Seniors in Williams Lake visit in the Seniors Activity Centre parking lot during a summer coffee house held during the COVID-19 pandemic. (Monica Lamb-Yorski photo - Williams Lake Tribune)
Turkey ‘Dinner Out the Door’ coming up Nov. 7 at seniors centre

Derksen added in-town delivery is also available by calling 250-392-7946

North District RCMP are urging the public’s assistance in locating Prince George resident Amber Weutz, 25, last seen Oct. 18 in the Canim Mahood Lake area east of 100 Mile House. (Photo submitted)
RCMP release more information on missing Prince George woman

Amber Weutz, 25, was last seen in the Canim and Mahood Lake area on Oct. 18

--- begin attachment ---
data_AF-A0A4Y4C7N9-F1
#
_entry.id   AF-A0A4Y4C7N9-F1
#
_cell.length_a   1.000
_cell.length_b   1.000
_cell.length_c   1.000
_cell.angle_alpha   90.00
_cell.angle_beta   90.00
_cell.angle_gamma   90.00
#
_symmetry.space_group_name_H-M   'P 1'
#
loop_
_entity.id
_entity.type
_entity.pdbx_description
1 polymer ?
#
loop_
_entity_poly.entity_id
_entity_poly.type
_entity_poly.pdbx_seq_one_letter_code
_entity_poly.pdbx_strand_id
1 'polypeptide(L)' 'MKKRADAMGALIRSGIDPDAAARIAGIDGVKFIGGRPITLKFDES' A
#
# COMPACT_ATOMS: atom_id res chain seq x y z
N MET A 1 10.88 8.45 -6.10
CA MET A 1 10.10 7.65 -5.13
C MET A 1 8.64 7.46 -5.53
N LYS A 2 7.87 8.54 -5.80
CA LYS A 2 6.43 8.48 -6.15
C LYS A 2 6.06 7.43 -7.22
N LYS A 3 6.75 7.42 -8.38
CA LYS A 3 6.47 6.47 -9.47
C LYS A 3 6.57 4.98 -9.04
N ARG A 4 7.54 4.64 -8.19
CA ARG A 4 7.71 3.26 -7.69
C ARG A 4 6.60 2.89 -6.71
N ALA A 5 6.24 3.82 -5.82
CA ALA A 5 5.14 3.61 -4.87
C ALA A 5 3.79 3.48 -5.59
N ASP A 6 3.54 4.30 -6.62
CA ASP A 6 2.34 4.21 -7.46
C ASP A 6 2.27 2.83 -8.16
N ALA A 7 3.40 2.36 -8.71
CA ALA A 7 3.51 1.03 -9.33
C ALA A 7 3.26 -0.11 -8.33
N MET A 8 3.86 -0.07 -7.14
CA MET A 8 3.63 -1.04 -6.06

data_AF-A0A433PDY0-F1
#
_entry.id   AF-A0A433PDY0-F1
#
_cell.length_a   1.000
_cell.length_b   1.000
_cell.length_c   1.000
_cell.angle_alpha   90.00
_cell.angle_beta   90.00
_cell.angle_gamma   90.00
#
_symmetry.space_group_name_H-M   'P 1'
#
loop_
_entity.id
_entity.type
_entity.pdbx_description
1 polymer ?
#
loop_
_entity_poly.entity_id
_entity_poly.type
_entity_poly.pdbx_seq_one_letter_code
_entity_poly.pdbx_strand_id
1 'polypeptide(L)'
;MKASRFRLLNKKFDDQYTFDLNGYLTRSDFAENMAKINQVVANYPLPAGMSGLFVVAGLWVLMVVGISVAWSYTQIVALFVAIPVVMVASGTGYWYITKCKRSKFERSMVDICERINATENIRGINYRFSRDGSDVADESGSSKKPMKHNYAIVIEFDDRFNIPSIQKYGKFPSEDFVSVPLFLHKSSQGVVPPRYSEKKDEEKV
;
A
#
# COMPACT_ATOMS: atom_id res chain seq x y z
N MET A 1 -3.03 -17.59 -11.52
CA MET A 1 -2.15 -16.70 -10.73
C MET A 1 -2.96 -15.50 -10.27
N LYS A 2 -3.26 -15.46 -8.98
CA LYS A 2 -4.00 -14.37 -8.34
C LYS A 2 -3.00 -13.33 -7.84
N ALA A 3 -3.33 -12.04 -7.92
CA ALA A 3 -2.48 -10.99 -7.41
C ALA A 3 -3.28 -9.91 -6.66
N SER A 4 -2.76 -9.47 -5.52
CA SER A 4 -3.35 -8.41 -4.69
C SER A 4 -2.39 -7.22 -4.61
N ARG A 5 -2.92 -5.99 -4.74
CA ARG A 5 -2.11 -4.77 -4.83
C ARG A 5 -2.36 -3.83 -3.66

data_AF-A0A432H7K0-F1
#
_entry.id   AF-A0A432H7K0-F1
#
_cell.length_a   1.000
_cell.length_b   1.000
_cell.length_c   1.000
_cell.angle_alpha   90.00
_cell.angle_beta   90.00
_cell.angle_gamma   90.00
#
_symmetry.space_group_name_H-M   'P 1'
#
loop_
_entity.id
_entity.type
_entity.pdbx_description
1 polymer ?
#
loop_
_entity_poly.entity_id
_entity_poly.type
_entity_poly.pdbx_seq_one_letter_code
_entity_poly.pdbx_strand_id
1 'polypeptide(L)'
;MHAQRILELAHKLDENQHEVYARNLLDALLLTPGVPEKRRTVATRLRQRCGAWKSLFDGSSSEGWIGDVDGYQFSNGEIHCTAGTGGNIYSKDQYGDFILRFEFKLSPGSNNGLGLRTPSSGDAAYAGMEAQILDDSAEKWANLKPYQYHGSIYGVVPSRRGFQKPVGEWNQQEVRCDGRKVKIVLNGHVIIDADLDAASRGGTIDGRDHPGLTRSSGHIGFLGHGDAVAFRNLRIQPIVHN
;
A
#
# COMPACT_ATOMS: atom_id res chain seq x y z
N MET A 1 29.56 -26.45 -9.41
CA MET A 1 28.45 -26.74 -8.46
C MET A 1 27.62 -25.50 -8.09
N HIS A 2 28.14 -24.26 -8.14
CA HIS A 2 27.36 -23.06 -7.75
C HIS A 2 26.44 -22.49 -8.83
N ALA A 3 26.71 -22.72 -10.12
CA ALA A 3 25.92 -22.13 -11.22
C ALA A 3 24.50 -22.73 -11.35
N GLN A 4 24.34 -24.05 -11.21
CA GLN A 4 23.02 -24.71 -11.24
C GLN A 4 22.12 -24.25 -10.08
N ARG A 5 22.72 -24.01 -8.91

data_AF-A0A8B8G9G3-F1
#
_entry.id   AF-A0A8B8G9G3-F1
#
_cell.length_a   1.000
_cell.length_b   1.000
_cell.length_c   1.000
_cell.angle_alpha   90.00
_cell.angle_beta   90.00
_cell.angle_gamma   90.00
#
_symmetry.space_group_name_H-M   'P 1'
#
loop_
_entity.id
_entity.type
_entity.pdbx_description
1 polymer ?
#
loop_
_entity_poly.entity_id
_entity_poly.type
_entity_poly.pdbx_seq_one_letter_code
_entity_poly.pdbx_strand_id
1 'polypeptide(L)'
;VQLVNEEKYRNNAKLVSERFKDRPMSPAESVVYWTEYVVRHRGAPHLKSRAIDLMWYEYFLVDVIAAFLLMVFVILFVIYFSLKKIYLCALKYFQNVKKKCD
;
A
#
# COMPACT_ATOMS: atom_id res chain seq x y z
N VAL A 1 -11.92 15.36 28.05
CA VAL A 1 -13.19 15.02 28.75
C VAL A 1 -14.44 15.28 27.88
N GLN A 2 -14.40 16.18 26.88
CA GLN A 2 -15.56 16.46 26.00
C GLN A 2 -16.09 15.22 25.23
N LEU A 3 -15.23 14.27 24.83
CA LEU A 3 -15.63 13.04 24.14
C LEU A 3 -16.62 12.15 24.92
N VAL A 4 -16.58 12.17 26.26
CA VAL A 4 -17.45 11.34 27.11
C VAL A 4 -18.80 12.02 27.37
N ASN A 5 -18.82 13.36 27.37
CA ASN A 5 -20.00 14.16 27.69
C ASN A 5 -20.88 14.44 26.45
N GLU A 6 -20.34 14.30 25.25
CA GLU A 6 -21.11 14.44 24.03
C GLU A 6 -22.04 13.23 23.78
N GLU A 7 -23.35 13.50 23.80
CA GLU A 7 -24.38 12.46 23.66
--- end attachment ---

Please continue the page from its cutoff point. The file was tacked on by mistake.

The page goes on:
Greg Sabatino photo - Williams Lake Tribune
SLIDESHOW: Nesika celebrates Halloween with costume parade, dance

Classes took turns within their own cohorts taking part in each event

The Williams Lake Skating Club is thrilled to introduce new coach Brenda Boulin (right) to its team. Boulin joins head coach Joanne Macnair (centre) and coach Breanna Davidson. (Photo submitted)
Williams Lake Skating Club welcomes new coach to team

WLSC longtime head coach Joanne Macnair is thrilled to welcome Brenda Boulin back home

While the weather in Williams Lake wreaked havoc on roads and flooded homes this week, the swans didn’t seem to mind it at all. (David Fait photo)
Waterlogged: Williams Lake downright soggy after days of rain

October has seen an unusual amount of rain fall in the Cariboo this year

Physical distancing signs are a common sight in B.C. stores and businesses. THE CANADIAN PRESS
272 more COVID-19 cases for B.C., outbreak at oil sands project

Three new health care outbreaks, three declared over

Is it time to start thinking about greener ways to package cannabis?